HREF=http://arizona.TheInsiders.com>Arizona Wildcats (2-8, 1-5)
Tucson, Ariz. • Arizona Stadium
Saturday, Nov. 15th, • 5:10 p.m. (MST/PDT)
Radio: KNST (Brian Jefferies, Les Josephson)
Television: TBS (Ron Thulin, Charles Davis, Craig Sager and Erin Andrews)
USC AT A GLANCE
Coach: Pete Carroll (25-9, 3rd season)
Offense: Multiple Defense: 4-3 2002 Record: 11-2; Pac-10 7-1/T1st (Beat Iowa in the Orange Bowl)
Site: Los Angeles
Series Record: USC leads 20-6 Last meeting: USC edged Arizona 41-34 on a fourth quarter interception in 2001. They did not play last season.
WHEN USC HAS THE BALL
USC loses Heisman trophy winner Carson Palmer and doesn't miss a beat. Norm Chow may just be the best offensive coordinator in football. Junior quarterback Matt Leinart has picked up right where Palmer left off and is putting up very similar numbers. Leinart is big and strong with a very good arm. He has grasped the offense and makes excellent decisions.
"There is not a lot of indecision; he does not sit there and hold the ball and let the rush get to him," Mike Hankwitz said. "He has made very few bad throws; he only has seven interceptions, so he has done a great job. He gets the ball to the right people, and he has enough mobility to escape and get out of some problems. He has executed extremely well."
Leinart does not have to do it alone. He's got a three-headed monster at tailback that has flat gotten the job done. LenDale White, Hershel Dennis and Reggie Bush have combined to rush for over 1,400 yards.
"If you look at their yards per attempt - 5.8, 4.9 and 5.7 - those are obviously outstanding statistics," Hankwitz said. "They all have long runs because they have great speed, and they utilize them in different ways. What makes them dangerous is that if they hit a crease and they get past your linebackers, they are in the secondary so fast that sometimes they get a chance to split the defensive backs."
The receiving corps may be the best in the Pac-10 and is among the best in college football. Mike Williams is a towering receiver at 6-5, who also has speed and skills. However, the Cats can't just concentrate on Williams because Keary Colbet is on the other side. The Cats would love to duplicate their success from last week when they kept Washington from getting long gains through the air. Arizona will be hard pressed to duplicate that success.
A bright spot last week was the play of DE Marcus Smith. Smith had 10 tackles and a pair of sacks and has been a monster since having a cast removed from his hand.
"In the last two weeks he has been able to play with both hands, and he is just playing better and better," Hankwitz said.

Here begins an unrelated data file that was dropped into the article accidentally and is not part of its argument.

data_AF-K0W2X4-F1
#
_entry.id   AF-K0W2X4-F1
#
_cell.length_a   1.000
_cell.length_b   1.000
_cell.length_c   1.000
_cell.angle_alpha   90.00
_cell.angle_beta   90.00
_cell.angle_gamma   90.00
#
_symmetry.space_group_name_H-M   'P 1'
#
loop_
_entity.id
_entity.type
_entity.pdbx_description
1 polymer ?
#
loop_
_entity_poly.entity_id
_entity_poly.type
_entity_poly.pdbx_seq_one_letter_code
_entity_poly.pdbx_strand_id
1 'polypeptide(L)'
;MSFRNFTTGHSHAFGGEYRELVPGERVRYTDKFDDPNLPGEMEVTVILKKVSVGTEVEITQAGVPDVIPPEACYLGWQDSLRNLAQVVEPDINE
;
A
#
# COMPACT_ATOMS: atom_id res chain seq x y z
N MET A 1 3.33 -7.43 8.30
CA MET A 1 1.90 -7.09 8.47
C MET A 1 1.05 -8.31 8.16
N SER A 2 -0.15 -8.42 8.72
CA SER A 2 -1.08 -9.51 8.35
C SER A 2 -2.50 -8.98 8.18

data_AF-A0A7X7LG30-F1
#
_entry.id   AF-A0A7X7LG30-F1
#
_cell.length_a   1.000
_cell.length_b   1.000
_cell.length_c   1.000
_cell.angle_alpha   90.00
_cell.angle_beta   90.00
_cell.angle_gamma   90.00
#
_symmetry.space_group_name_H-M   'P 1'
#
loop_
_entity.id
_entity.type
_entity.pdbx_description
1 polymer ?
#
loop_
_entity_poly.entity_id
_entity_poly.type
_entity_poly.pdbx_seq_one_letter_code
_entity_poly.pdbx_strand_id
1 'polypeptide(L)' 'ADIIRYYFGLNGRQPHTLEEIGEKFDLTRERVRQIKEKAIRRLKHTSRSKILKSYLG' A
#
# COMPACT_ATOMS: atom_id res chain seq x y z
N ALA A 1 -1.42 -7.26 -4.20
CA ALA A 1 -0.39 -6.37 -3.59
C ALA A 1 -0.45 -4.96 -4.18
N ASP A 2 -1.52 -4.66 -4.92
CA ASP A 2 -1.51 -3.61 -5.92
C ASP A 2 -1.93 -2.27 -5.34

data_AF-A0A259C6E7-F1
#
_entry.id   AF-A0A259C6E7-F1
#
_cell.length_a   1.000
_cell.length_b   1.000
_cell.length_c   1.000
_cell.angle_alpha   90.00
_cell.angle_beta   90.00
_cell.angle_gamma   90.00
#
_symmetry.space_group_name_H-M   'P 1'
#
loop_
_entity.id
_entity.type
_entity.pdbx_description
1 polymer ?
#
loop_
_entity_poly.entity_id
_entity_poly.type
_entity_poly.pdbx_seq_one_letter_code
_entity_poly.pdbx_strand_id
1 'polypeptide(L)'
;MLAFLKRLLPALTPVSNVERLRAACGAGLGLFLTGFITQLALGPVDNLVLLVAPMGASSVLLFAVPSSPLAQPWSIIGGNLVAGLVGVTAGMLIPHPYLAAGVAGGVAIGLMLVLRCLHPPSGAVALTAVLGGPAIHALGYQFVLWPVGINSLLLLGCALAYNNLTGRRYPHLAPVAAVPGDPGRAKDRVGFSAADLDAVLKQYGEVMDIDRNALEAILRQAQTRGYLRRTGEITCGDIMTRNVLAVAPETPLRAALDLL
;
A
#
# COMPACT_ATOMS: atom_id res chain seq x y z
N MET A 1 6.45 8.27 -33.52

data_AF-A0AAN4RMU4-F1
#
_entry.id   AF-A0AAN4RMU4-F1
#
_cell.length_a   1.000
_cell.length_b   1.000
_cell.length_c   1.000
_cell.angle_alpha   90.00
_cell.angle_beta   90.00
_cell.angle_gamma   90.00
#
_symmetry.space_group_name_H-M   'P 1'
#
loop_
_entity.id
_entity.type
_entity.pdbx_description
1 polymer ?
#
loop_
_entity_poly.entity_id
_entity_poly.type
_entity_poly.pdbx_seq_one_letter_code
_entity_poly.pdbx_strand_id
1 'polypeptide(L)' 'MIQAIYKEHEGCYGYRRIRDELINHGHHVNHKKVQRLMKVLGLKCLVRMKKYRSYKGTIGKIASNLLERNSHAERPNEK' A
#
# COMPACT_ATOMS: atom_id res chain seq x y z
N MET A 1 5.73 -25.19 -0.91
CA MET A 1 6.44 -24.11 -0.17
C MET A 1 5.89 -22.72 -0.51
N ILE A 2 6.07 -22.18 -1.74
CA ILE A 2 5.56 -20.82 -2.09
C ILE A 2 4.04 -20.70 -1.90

The Wildcat defense is much improved, but will have a hard time shutting down the UCS offense. If the Cats can slow down the run and limit big plays, they may have a chance to hang around.
WHEN ARIZONA HAS THE BALL
The Wildcats offense is starting to gain steam. Despite a patchwork line and suspensions to three starters, the Wildcat offense has been a much-improved unit. The Cats have shifted from John Mackovic's pro style offense to a version of the spread that relies on quick plays and misdirection.
Clarence Farmer has been suspended for the year, but Mike Bell has picked up the slack. The sophomore has rushed for over 600 yards in his last four games and is now threatening to go over 1,000 for the season. Bell is a shifty runner who's got great breakaway speed in the open field.
"He has established himself as one of the best running backs in the league," said Hankwitz. "He has 811 yards, so if we could get him to 1,000, that would be a great accomplishment for him."
The Cats will play two quarterbacks, but Kris Heavner will take the bulk of the snaps. The true freshman is strong and usually makes good decisions. Heavner is great at avoiding the sack, but has had trouble with interceptions. Spelling Heavner will be speedy Nic Costa. Costa gives the Cats' offense a different dimension with his legs.
The Wildcat receiving corps is solid. Biren Ealy is a star waiting to happen, while Ricky Williams is quickly developing into one of Heavner's favorite targets. Tight end Steve Fleming is one of the Pac-10's best and this nationally televised game could be his coming out party.
The Arizona offensive line has been a patchwork unit, but has been excellent of late. They will have their work cut out for them while facing USC's terrific defensive line. If the Cats have any chance they must establish the run against a group that doesn't allow many yards on the ground.
"They are excellent," said Hankwitz. "They have great team speed. The one thing I have found out over the years is that what separates a good defense from a great defense is the talent of your defensive line. When you have big guys that are athletic and can run, it just adds another dimension to you, and they have those kinds of guys." Pete Carroll is known for his defense and this unit is awesome. They are very fast and don't need to rely on gimmicks. They just get the job done, allowing under 20 points a game.
"They don't try to trick you; they don't need to," said Hankwitz. "They line up and play a lot of fundamental things, and there is a lot to be said about that. They don't blitz and throw a lot of things at you, but what they do, they are going to do so well. They are so good at it that they make it extremely difficult. They don't make a lot of mistakes, and they have such great speed."
OUTLOOK: Arizona will do their best to hold onto the ball and limit possessions. Any hope of an upset is predicated on keeping the potent Trojan offense off the field as much as possible. If USC gets a few early scores, watch out, the rout could be on. However, if the Cats can keep it close, well the odds are they still won't win, but they probably said that in 1981 as well.
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